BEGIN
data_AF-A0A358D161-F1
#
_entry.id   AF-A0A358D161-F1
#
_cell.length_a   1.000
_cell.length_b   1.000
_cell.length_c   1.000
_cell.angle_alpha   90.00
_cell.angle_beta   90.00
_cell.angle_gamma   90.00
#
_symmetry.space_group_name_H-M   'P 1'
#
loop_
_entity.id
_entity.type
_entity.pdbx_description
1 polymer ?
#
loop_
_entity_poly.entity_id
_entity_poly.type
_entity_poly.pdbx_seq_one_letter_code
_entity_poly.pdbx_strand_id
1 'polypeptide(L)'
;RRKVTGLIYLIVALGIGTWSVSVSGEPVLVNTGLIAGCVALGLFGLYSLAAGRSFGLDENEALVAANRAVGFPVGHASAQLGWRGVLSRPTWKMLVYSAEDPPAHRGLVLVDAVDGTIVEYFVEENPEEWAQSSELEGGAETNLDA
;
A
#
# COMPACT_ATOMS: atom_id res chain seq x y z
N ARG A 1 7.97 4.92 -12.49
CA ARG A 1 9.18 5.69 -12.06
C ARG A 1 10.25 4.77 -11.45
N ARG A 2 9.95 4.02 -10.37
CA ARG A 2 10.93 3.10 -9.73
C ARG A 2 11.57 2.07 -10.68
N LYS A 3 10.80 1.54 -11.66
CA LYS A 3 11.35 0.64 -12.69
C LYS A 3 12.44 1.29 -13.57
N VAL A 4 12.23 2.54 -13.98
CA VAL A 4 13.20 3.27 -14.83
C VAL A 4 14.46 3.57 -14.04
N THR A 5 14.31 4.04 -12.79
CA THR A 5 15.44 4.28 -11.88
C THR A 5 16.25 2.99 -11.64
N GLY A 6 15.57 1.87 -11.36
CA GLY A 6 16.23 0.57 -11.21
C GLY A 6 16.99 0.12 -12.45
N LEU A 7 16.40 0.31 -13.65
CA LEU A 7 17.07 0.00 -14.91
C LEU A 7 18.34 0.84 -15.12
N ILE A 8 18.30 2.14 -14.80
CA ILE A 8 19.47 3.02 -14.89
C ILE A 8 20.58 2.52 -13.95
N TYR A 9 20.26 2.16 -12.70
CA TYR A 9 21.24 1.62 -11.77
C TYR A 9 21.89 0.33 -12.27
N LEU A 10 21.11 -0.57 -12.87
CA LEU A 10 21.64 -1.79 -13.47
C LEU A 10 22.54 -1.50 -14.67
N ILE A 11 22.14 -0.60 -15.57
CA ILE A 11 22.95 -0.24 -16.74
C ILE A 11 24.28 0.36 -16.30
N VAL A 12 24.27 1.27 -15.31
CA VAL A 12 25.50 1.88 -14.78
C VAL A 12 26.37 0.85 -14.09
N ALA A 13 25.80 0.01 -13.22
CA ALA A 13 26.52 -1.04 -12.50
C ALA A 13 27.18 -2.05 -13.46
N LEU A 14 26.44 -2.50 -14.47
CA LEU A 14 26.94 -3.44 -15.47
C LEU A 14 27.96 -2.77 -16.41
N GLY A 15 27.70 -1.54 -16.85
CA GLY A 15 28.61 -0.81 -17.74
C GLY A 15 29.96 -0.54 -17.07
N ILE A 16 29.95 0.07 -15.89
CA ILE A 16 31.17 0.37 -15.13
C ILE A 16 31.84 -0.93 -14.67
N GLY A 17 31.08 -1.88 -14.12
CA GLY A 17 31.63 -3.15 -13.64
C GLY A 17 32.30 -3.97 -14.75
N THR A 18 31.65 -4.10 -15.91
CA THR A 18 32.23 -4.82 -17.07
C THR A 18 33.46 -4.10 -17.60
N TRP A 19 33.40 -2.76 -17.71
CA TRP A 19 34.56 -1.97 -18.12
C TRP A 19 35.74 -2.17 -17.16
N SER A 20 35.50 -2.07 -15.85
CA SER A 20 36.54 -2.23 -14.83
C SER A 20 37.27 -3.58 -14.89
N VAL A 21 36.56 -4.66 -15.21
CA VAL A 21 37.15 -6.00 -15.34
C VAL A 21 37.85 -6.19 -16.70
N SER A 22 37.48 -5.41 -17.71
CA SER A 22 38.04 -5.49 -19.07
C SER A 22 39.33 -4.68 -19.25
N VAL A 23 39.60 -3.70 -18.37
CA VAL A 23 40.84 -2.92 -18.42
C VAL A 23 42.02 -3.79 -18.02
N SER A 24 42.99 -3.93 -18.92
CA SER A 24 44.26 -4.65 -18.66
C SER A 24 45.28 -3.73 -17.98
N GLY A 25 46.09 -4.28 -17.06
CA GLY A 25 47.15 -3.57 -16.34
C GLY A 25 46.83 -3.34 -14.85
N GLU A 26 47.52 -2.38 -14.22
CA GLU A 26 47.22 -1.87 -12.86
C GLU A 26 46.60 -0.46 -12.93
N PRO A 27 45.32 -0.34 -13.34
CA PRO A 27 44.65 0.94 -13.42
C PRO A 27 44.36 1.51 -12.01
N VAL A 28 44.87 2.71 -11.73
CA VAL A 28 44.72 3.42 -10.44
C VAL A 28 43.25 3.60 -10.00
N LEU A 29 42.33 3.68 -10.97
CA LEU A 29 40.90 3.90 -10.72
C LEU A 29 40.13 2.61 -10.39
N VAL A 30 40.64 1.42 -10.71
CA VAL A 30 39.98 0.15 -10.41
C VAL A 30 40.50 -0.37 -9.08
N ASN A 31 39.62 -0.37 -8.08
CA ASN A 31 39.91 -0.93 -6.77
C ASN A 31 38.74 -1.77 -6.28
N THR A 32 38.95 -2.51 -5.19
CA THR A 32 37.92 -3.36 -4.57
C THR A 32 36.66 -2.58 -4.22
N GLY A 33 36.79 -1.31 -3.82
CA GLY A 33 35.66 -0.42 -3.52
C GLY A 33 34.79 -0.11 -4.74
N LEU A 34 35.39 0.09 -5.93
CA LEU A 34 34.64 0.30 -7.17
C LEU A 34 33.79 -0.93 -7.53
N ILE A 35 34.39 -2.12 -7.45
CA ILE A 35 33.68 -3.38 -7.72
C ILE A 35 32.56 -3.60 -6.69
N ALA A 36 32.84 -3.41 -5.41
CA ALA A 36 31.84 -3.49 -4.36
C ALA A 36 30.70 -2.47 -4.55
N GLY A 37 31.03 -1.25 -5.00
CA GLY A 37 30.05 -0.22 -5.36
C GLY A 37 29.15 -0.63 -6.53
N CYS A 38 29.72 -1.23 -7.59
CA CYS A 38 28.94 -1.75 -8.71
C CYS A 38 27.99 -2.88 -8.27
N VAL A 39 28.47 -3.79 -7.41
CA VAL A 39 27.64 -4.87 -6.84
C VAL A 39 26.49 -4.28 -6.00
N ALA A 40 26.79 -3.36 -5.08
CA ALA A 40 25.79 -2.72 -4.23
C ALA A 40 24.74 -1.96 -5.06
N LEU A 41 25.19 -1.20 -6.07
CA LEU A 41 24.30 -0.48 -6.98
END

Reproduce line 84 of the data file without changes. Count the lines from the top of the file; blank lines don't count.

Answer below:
C THR A 18 33.46 -4.10 -17.60